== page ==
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Experts say Chinese, Australian economies lie in innovation, cooperation in future

Editor: zhenglimin 丨Xinhua

03-23-2017 19:29 BJT

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SYDNEY, March 23 (Xinhua) -- Innovation and new technology are at the core of Chinese and Australian economies in the future, and cooperation is highly beneficial as both countries are undertaking economic transitions, experts said.

Laurie Pearcey, executive director of the University of New South Wales International, told Xinhua that he believed more young Australian entrepreneurs would go to China to start up businesses, and vice verse.

Given Australia's capacity to deliver world-class research across a number of key areas of huge relevance to China's economy, there's massive potential to achieve mutually beneficial win-win outcomes, Pearcey said.

Much-needed investment, development and research in things like "new energy, pharmaceuticals, big data, the Internet of things and also practical challenges like how China's pension fund system would evolve to meet the needs of China's aging population, are the sort of things that represent a key part of Australia's and China's shared future," he said.

Australian entrepreneur Pete Cooper echoed these remarks, saying that the next generation of technology producers coming out of China would be fascinating, because "they are outward-looking, used to Western lifestyles through social media and very well placed to spot opportunities for cooperation in business."

Companies like e-commerce giant Alibaba were already working to create jobs among Australia's diverse collection of small to medium business enterprises, he said. "Australia is fortunate to have such a deep cultural and commercial relationship with China."

The outward-looking businessman has spent over a decade doing all he could to promote the startup technology sector from his home base in Sydney.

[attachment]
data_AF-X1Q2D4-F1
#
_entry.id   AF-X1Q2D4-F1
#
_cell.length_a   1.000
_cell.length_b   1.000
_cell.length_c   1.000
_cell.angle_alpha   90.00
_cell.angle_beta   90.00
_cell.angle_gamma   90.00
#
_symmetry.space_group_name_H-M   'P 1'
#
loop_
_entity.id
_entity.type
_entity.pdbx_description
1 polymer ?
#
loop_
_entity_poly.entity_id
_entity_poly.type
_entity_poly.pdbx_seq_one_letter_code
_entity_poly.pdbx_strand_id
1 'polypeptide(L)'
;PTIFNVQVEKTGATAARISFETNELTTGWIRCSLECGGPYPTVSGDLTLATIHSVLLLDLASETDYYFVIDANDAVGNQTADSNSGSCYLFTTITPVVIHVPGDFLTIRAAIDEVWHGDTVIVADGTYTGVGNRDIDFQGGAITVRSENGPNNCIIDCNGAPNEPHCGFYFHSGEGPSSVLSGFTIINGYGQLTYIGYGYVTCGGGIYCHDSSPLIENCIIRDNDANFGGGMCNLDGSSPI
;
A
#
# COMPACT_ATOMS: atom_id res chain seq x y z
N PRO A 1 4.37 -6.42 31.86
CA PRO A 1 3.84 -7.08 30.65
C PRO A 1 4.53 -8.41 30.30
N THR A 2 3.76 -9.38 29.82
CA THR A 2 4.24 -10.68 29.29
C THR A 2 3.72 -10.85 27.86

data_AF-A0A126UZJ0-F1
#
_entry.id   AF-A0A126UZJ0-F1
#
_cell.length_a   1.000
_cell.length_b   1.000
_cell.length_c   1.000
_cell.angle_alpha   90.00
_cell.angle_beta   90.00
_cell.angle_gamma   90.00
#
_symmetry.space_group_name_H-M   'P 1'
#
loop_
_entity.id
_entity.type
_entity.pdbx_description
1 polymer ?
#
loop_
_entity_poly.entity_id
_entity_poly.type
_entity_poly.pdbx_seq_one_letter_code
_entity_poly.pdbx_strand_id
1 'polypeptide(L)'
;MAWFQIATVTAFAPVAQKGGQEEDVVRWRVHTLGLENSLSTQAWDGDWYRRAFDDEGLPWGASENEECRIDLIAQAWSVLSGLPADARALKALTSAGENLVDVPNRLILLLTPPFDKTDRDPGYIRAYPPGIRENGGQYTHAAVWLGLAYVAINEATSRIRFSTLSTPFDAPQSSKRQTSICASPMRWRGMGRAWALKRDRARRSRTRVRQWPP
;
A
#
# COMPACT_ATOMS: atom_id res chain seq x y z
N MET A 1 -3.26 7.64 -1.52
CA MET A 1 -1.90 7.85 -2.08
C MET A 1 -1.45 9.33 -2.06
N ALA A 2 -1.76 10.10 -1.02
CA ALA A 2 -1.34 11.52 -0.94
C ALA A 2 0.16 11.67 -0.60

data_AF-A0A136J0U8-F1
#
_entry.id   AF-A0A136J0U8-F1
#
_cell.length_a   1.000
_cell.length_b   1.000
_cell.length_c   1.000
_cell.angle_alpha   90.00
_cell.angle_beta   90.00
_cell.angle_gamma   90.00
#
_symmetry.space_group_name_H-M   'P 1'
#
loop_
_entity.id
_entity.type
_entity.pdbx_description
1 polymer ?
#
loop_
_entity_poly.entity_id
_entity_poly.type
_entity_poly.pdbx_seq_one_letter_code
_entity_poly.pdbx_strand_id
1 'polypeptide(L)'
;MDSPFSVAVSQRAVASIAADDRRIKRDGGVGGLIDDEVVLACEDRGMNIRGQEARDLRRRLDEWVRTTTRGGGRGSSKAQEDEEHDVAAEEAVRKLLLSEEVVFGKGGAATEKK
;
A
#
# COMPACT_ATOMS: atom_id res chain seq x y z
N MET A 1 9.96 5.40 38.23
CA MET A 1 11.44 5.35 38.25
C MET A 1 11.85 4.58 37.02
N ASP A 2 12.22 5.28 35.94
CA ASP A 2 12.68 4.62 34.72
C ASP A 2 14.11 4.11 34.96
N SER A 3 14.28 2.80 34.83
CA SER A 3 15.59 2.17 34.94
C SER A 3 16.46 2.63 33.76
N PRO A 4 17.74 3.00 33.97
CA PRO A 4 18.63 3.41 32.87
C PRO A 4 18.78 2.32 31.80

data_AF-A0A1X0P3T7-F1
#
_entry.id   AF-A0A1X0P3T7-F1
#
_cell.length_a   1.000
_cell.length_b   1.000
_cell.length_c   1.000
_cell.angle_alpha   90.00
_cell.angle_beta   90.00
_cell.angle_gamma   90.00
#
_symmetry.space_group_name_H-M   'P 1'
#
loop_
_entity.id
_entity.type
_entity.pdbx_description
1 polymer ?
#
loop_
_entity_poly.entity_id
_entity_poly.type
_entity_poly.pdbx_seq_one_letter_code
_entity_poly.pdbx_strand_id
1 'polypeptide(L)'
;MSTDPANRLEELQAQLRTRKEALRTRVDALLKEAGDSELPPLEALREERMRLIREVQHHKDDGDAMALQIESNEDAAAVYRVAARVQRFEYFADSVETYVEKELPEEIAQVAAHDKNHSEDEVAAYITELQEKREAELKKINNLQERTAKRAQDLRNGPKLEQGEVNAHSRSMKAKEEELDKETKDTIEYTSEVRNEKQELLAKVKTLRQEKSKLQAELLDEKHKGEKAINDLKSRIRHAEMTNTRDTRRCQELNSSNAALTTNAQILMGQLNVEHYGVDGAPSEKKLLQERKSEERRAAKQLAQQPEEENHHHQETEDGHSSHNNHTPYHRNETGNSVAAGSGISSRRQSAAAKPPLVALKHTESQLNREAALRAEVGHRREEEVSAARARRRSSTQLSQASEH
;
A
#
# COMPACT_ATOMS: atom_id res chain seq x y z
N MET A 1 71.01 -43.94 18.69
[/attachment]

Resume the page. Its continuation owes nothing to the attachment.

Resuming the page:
After years of living and working with banking and software firms in Asia, Cooper decided to refocus his efforts to build a culture of innovation in Australia.

At the moment, his mentoring network, Start Society, supports over 350 new technology businesses nationwide with a platform devoted to drive Aussie innovators.

Despite the positive outlook, Cooper believed there's still more to be done.

"It seems the mining boom was perhaps too comfortable for Australia, it didn't make us hungry enough," he said.

"I don't think we're lacking in vision, but we are probably lacking in political appetite. We're not as confident as the policy makers in China," he added.

"There are small pockets in government now, at state level and federally, that are starting to get it but the kangaroo hasn't jumped yet, we're just taking small hops," he said.

But that appears to be changing with a heightened level of recent cooperation between the two countries.

In an article for the Australian Financial Review Thursday, Malcolm Turnbull wrote "I am delighted the first Australian start-ups arrived at the Innovation Landing Pad in Shanghai in February, connecting them to Chinese investors, technology and markets."

"And at the Torch Innovation Precinct at the University of New South Wales, Chinese and Australian companies will draw on Australian research expertise in fields as diverse as energy storage, solar cells and material science to develop and commercialize pioneering products," he wrote.

Although progress has been made at the top levels of the government, Cooper believed it's at the grassroots level where cooperation and innovation truly flourish.

The process of validating ideas through mentoring networks and peer-to-peer learning hubs was vital to the success of new innovations and tech startups, Cooper said.

"It's not just about government support and throwing money at the problem. If you're hyper-connected through a hub, you're closer to everything you need. Talent, funding, ideas, the toolbox is just closer and I think historically this is something China has had as a major strength," he said.

Since startup models were quite different from usual business models, peer learning would get people the best practices, he added.

Despite the difficulties Australia face, its potential for developing global businesses is immense.

"We are one of the most diverse nations in the world, you can get about 150 languages on the east coast of Australia, so if you want to build a global product and get a team that can help you, it's an incredible place," Copper said.

As the challenges of transition to a new economy grow for both countries, so do opportunities for business, innovation and technology.

"The backbone of the trade relationship at the moment is still mining and energy products," James Laurenceson, deputy director of the Australian-China Relations Institute at the University of Technology Sydney, told Xinhua.

"That's fine, it's not going to go away, but it's probably not going to grow much, but the growth areas are in services and in innovation."

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